A lesson from Mother Nature

Camp fosters enjoyment of outdoors

Photos by Mark Brennan/Siuslaw News

June 2, 2018 — Siuslaw School District gave students the opportunity this week to get out of the classroom and take a lesson from Mother Nature at the annual Outdoor Adventure Camp.

This is the fifth year the event has taken place at the Girl Scout Camp on Cleawox Lake.

Program co-founder and STEM (Science, Technology, Engineering and Math) instructor Ben Wells is happy with the turnout of both students and volunteers for this year’s camp.

“We have about 230 kids taking part in camp this year and close to 70 volunteers helping to pull this off,” he said. “We are lucky to have so many people from the community, including members of the Coast Guard and the National Forest Service, and people who just have a passion for being outdoors. They all want to share what they know with our kids… and it’s awesome!”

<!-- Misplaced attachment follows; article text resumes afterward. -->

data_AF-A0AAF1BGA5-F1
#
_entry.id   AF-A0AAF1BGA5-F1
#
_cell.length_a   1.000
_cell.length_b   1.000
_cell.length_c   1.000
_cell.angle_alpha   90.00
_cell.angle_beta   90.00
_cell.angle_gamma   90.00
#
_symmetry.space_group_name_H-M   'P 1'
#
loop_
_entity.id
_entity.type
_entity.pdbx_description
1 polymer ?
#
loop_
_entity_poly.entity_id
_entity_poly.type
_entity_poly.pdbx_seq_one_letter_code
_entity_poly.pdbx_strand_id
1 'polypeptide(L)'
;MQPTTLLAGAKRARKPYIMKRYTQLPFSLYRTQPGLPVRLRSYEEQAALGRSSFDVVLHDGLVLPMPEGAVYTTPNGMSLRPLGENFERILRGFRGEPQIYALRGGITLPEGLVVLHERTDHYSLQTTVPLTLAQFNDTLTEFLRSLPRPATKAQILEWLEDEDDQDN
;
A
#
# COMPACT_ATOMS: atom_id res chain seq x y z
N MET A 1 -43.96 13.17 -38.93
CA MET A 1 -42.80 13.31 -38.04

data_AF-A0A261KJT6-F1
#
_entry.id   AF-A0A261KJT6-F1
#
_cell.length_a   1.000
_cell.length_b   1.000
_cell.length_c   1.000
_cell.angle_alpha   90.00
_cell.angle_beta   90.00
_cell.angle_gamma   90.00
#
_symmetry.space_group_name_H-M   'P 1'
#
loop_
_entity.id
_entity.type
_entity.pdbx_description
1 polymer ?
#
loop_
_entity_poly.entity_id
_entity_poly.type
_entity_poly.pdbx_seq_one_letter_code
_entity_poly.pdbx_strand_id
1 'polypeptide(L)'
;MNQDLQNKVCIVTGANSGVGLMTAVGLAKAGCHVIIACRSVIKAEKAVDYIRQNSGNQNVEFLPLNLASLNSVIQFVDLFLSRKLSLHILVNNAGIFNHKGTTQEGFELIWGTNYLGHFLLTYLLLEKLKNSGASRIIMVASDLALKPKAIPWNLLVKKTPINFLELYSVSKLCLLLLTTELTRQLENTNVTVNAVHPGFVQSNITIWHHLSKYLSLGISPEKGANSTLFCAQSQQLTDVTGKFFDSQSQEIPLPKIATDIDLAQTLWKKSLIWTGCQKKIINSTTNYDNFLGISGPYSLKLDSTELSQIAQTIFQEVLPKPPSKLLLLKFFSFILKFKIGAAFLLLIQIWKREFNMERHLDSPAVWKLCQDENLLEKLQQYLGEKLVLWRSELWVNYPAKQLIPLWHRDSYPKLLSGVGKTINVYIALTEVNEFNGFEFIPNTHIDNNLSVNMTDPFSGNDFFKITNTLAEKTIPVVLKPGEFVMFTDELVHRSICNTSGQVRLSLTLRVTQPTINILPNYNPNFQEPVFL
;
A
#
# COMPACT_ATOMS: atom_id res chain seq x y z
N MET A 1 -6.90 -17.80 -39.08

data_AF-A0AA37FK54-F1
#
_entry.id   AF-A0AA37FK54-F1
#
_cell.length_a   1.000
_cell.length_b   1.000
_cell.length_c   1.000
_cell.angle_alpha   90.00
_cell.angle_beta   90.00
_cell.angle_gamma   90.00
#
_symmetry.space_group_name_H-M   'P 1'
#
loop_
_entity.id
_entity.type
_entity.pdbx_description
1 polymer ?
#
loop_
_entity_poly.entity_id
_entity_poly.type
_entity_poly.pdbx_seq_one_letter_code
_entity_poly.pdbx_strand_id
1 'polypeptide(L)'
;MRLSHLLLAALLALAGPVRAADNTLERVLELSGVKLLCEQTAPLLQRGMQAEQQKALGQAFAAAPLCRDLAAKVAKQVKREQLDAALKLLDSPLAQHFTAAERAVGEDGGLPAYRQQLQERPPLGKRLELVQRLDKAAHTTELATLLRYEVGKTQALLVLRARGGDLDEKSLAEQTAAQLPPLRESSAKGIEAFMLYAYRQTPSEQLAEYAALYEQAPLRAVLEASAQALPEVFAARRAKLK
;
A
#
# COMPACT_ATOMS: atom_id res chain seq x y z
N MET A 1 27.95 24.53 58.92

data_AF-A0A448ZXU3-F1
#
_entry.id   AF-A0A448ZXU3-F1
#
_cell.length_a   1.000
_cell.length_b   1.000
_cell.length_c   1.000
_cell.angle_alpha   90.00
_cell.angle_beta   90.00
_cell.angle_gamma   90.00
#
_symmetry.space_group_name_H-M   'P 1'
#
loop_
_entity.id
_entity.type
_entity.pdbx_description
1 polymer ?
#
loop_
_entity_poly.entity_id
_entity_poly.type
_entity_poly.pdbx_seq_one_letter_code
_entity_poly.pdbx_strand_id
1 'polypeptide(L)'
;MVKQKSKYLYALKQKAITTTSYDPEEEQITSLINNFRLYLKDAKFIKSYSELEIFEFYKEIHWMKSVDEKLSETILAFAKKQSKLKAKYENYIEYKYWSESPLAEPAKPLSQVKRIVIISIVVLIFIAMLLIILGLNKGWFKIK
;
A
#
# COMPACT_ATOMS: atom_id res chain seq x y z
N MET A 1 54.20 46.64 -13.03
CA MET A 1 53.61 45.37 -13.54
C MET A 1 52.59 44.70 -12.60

Students at Outdoor Adventure Camp spend the day participating in a number of activities that connect them to the natural world in a more interactive way then traditional school activities.

Archery, kayaking and canoeing, hiking and learning how to set up a campsite and cook food on an open fire are all lessons taught by qualified volunteers.

“These are people with high levels of outdoor oriented skills. They are not going to be making copies in the office or helping in a classroom. They have a passion for the outdoors and they want to share their knowledge and experience with the students,” Wells said. “This is a great opportunity for people in the community to be involved with the school district in ways that are outside of the classroom.”